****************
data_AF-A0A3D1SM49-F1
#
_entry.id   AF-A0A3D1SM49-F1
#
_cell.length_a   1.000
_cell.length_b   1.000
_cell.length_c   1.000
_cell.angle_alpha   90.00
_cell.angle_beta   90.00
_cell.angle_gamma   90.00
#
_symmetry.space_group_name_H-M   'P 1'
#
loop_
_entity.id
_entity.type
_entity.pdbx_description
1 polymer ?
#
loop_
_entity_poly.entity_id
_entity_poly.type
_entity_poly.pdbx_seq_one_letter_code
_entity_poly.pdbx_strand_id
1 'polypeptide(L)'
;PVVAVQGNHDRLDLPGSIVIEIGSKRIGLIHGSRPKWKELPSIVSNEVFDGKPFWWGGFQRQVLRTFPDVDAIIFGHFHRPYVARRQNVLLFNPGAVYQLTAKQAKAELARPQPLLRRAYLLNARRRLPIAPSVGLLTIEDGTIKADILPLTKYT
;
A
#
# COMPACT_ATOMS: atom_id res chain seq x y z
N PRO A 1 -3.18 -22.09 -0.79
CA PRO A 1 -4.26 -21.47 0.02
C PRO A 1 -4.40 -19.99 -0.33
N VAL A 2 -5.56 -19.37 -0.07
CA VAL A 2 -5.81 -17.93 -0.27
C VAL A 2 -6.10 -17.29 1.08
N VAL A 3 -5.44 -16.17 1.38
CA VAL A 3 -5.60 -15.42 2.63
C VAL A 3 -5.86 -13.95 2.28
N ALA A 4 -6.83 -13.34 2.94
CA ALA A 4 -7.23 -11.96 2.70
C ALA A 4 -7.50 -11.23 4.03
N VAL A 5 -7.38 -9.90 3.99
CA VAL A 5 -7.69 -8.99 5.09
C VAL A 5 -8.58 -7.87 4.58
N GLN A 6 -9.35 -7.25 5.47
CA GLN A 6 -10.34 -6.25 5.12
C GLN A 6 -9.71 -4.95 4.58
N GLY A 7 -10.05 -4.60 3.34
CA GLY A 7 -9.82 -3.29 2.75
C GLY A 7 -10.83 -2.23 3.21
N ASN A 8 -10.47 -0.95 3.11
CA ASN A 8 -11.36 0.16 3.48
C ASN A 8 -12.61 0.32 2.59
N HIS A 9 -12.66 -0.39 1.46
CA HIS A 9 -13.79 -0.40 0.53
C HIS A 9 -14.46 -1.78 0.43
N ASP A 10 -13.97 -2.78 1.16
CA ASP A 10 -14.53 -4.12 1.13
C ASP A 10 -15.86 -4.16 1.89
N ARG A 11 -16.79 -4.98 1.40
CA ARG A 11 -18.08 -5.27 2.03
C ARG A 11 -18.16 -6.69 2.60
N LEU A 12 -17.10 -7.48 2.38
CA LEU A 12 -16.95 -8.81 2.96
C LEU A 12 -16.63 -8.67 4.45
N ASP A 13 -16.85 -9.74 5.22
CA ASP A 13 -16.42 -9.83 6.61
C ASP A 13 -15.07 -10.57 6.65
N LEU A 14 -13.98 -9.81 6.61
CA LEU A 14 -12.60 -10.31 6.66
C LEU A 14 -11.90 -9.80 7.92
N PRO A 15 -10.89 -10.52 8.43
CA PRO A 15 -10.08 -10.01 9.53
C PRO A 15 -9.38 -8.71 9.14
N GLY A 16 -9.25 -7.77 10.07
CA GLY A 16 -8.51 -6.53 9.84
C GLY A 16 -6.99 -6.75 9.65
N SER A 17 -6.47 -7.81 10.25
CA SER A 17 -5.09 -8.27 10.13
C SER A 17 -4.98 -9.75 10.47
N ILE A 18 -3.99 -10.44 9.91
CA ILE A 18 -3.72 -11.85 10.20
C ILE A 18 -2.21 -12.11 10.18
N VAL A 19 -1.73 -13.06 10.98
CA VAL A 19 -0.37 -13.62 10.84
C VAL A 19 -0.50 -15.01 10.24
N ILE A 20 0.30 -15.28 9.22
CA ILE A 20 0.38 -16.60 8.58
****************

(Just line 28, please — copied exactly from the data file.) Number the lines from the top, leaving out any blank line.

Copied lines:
A